Need help? Call! (212) 682-6878 or (718) 459-9477
crisisahead

Windows 7 Support coming to an end? You’ve been warned!

Are you a Windows 7 user? Do you still use old software like Office 2010?
Then we’ve got some important news for you!

Mainstream support deadlines for these products, along with some other ones from Microsoft, are approaching. But, what does this mean?

Mainstream support is the typically five-year period when Microsoft provides free patches and fixes for its products. When a product exits the mainstream support phase, Microsoft continues to provide a period (also often five years) of extended support. This means users get free security fixes but other types of updates are paid and require specific licensing deals.

In other words, free support is ending on January 13, 2015 for a number of major Microsoft products, including all versions of Windows7.
Extended support for Windows 7 lasts until January 14, 2020, so you will still be receiving free security updates, but not features updates.

Some specialists have been speculating, though, that Microsoft will end up pushing out Windows 7’s support dates the way the company did for XP, given Windows 7’s popularity and pervasiveness, but so far, there’s been no word from Microsoft officials that this is the plan.

Support for Office 2010 with Service Pack 1 ends on October 14.
In this case, you have two options. You can migrate to the next available Service Pack (Service Pack 2, in this case), or to the next Office version, which in this case is Office 2013.

 

If you want to be loyal to Microsoft, you can also migrate from Windows 7 to Windows 8. You can buy a hard copy of the program, or you can do the update online. Windows 8.1 Upgrade Assistant will tell you if your PC can run Windows 8, and then will provide you with a compatibility report and optional steps for you to buy, download, and install Windows. If you want to check out the system requirements, you can, but you don’t have to. Upgrade Assistant will do all that for you, and the best thing is that you don’t need to buy the upgrade to run it.

Upgrading Office requires an extra step, because first you need to uninstall the previous version running on your computer. It’s a very simple process, but this new version of the suite doesn’t replace the old one while you install the new one, like previous versions did. You just need to go to the control panel, and perform the uninstall process from there.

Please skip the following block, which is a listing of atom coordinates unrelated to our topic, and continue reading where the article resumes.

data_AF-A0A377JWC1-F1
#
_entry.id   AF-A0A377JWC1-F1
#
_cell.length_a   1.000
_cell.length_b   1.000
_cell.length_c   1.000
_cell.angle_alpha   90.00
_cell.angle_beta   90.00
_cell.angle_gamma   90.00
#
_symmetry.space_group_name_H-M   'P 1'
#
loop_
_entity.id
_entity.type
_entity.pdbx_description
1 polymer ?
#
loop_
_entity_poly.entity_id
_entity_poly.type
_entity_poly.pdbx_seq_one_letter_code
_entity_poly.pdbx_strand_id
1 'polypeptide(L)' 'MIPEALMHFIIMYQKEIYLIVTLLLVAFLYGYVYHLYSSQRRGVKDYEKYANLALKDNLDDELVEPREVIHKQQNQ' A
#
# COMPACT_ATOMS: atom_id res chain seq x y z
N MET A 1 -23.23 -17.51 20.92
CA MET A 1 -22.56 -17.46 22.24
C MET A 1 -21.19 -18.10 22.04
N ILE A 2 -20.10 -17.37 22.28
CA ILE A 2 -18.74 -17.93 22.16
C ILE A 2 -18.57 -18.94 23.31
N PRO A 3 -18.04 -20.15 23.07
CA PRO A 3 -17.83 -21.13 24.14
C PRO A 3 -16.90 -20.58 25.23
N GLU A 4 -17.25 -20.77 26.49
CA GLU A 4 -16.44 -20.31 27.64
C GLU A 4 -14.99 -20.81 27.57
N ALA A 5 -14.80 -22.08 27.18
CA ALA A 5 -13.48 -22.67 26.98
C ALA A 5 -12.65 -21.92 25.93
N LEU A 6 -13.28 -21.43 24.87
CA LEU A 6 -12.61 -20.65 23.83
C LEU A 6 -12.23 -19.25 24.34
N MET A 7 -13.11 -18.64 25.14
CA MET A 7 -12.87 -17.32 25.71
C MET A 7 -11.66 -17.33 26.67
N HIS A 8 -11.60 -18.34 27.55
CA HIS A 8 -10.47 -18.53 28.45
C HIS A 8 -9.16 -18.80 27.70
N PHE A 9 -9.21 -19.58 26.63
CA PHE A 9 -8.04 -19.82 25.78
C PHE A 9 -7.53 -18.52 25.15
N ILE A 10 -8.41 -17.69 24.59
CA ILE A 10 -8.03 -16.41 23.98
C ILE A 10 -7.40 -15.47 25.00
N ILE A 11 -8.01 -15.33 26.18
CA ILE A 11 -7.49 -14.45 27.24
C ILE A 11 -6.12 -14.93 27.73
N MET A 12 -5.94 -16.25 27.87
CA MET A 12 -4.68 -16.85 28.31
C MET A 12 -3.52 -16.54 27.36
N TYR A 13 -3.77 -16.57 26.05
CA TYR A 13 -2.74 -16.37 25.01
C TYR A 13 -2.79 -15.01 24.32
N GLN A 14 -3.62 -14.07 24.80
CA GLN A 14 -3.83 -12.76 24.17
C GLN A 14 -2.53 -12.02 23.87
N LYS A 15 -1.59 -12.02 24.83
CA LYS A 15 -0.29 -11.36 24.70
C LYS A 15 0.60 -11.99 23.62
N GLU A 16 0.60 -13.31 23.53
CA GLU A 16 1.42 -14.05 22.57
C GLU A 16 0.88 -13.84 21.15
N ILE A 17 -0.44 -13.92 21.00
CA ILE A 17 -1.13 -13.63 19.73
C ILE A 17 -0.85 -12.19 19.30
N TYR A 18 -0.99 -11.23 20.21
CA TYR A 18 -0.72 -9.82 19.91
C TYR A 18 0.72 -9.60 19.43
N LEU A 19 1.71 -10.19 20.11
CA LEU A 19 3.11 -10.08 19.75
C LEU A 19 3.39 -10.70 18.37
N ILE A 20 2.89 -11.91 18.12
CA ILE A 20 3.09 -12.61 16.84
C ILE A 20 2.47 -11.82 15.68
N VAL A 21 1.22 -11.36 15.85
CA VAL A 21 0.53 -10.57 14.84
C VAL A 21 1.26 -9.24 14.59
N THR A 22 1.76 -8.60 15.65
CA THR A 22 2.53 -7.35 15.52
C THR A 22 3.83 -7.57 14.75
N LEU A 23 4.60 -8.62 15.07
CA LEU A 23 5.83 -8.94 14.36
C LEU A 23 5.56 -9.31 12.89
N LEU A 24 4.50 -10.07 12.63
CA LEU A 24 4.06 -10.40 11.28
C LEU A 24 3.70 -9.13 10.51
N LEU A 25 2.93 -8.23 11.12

In any case, if you have doubts or need help, don’t hesitate to contact us. We are here to help you!

 

PcMac Express
info@pcmacexpress.com
(212)682-6878 / (718)459-9477

oldpplpost

Counter the effects of aging and get along with your PC.

Do you know that you can use Windows to personalize and customize your computer to make it easier to see, hear, and more comfortably use. As we rack up birthdays, sooner or later we all experience some loss of vision, hearing, or physical dexterity. Fortunately, personalization options in Windows make it easy to adjust your PC. Here are a few tips on how to counter the effects of aging to make your computer more comfortable to use.
Do you often find yourself fighting the urge to press your nose against the screen because you can’t see text and objects clearly? Have you considered changing your monitor display settings to increase the size of icons or text for documents and Web pages?
All you need to do is:

1. Open Screen Resolution by swiping in from the right edge of the screen, tapping Search (or if you’re using a mouse, pointing to the upper-right corner of the screen, moving the mouse pointer down, and then clicking Search)

2. Enter “Make text larger” in the search box, and then tap or click “Make text and other items larger or smaller”.

3. Drag the slider until the items in the preview image are the size you want them to be.

4. Finally, tap or click Apply.